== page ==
In this world many issues have been arousing, but there is no bigger issue the world could deal with right now than oil spills. Our planet, Earth, has large reserves of oil and gas trapped deep beneath its surface. Occasionally, these reserves make cracks and some of the oil or gas goes out. However, this is a part of nature and rarely causes any major damage. On the other hand, there are times when the same problem is caused because of human interference and it can cause a great deal of damage to marine ecosystems. In the last thirty years, the issue of oil spills and their effects has taken on much consequence. This is because when an oil spill occurs, it causes a multitude of problems for the environment and us.
Many examples have shown the damage oil spills have caused in our environment. As well as, many companies have shown that their way of managing their productivity can be damaged by the question: is it going to harm the environment? A company in Alaska was trying to continue their normal way of getting oil out of the ocean’s floor; however, they were stopped to answer important issues. “The company faces three daunting issues: Is there a way to drill here without hurting sea life? How can the company build a pipeline that can withstand the ice and shifting shoreline? And if there were a spill, where would the water currents carry the oil?” (Mufson).Many ecologists are still working to maintain order and peace in ocean ecosystems. One of the major oil drill companies is Shell Oil, Co. This company has been one of the major reasons why many activists have gone to the streets and protest many of the issues the company obscures and pretends there are not their concern. “The environmental activists made famous for chaining themselves to things are now trying a different approach: going after Shell with science. That’s where Greenpeace activist and marine biologist John Hocevar and the organization’s Arctic floating research hub, a former Russian Army fireship Greenpeace dubbed the Esperanza, came in” (Vega, Waterfield).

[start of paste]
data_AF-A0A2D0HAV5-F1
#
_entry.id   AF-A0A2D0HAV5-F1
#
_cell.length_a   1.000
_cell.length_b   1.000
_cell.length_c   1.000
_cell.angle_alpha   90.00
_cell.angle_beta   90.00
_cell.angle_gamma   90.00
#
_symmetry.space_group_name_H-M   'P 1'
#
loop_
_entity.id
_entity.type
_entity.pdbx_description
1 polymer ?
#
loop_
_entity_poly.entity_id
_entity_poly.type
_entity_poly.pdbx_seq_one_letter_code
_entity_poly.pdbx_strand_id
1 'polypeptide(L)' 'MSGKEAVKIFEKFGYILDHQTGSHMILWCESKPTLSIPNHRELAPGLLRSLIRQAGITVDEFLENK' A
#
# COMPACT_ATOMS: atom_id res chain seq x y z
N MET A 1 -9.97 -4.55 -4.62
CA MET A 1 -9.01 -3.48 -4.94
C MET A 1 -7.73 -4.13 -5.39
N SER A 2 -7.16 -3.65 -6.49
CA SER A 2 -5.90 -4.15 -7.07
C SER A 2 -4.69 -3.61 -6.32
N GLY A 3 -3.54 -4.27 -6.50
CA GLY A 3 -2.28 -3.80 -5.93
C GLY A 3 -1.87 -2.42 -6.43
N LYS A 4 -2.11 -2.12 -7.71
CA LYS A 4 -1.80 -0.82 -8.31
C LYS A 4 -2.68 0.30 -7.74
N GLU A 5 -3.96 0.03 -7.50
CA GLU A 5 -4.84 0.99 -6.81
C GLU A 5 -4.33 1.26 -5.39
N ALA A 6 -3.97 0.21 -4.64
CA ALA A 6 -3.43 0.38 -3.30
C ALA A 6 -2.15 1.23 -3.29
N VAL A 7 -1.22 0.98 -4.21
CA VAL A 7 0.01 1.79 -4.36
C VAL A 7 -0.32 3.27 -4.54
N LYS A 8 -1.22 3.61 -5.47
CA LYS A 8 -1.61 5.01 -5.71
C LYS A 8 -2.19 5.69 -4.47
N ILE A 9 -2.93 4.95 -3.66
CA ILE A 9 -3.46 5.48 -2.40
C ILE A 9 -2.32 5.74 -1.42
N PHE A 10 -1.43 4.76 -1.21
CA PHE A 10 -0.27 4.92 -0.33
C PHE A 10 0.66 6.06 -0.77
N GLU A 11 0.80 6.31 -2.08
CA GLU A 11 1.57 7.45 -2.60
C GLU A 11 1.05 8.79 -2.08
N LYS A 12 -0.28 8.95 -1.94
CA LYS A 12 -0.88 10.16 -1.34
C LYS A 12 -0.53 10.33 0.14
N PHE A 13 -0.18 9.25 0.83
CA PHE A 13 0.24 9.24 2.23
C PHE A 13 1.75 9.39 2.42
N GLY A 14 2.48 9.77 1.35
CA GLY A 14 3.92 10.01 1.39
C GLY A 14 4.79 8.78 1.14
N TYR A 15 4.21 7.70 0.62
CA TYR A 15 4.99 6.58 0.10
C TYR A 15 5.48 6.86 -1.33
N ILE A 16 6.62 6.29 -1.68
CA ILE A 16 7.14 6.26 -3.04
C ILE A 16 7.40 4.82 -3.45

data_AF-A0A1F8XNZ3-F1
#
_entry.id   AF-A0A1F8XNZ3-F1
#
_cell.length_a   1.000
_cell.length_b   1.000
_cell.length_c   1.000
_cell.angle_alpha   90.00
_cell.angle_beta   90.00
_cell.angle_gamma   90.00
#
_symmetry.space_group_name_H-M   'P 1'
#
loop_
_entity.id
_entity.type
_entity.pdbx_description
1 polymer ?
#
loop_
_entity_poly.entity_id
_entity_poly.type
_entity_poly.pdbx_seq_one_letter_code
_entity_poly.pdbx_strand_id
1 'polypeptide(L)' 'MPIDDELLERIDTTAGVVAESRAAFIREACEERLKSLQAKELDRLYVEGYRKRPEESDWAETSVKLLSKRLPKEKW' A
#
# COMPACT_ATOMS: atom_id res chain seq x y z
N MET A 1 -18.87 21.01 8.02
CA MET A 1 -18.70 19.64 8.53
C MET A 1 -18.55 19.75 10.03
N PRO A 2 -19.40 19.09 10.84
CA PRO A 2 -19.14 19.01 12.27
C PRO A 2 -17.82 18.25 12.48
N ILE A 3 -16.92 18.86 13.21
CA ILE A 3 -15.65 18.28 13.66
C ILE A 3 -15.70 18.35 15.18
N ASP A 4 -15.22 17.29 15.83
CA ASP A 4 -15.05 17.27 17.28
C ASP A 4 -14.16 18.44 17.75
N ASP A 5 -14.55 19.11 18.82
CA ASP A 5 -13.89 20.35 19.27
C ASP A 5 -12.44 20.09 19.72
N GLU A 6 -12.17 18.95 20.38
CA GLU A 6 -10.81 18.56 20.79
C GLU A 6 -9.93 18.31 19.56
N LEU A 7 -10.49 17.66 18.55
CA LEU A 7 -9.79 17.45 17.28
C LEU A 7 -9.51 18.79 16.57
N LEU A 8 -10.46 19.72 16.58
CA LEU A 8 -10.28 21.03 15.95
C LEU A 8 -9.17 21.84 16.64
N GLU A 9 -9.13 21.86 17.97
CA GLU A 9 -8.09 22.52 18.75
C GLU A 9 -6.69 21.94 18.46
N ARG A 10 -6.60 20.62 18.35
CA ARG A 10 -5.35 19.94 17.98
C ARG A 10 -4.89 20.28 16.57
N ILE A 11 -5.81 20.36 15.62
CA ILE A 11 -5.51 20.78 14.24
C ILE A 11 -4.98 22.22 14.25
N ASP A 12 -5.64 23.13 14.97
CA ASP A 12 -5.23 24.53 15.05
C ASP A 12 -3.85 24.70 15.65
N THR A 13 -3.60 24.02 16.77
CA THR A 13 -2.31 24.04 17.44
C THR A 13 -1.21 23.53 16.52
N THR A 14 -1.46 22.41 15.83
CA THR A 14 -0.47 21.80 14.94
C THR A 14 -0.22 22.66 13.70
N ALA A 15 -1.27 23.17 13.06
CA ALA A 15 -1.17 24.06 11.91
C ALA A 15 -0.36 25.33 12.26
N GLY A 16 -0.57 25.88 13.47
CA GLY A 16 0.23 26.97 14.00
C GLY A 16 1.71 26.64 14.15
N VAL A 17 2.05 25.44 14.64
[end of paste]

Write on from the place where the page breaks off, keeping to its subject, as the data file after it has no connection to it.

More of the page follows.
In general, oil spills can affect animals and plants in two ways: from the oil itself and from the response or cleanup operations. Understanding both types of impacts can help companies minimize overall impacts to ecological communities and help them to recover much more quickly. Spilled oil can harm living things because its chemical ingredients are poisonous. This can affect organisms both from internal exposure to oil through digestion or inhalation and from external exposure through skin and eye irritation. Oil can also overwhelm some small species of fish or invertebrates and coat feathers and fur, reducing birds’ and mammals’ ability to maintain their body temperatures.
Also, another species really affected and not concerned by the people are arthropods. Coastal wetlands are important to human well being and defenseless to oil spills. Research on biotic effects of oil has been focused on microbes, plants, and many invertebrates, neglecting terrestrial arthropods. Terrestrial Arthropods were the first animals to venture onto land and spread over the earth. Their body plan allowed them to diversify and adapt to every environment, including the air, inventing new ways to extract oxygen from air rather than water. Oil hugely affects terrestrial arthropods in coastal marshes and suggests future research topics. Terrestrial arthropods play important ecological roles in coastal marshes, affecting primary production and decomposition and providing food to terrestrial and marine vertebrates. “The work to date suggests that terrestrial arthropods might be more sensitive to oil exposure than are plants” (Pennings, McCall, Hooper-Bui, 791).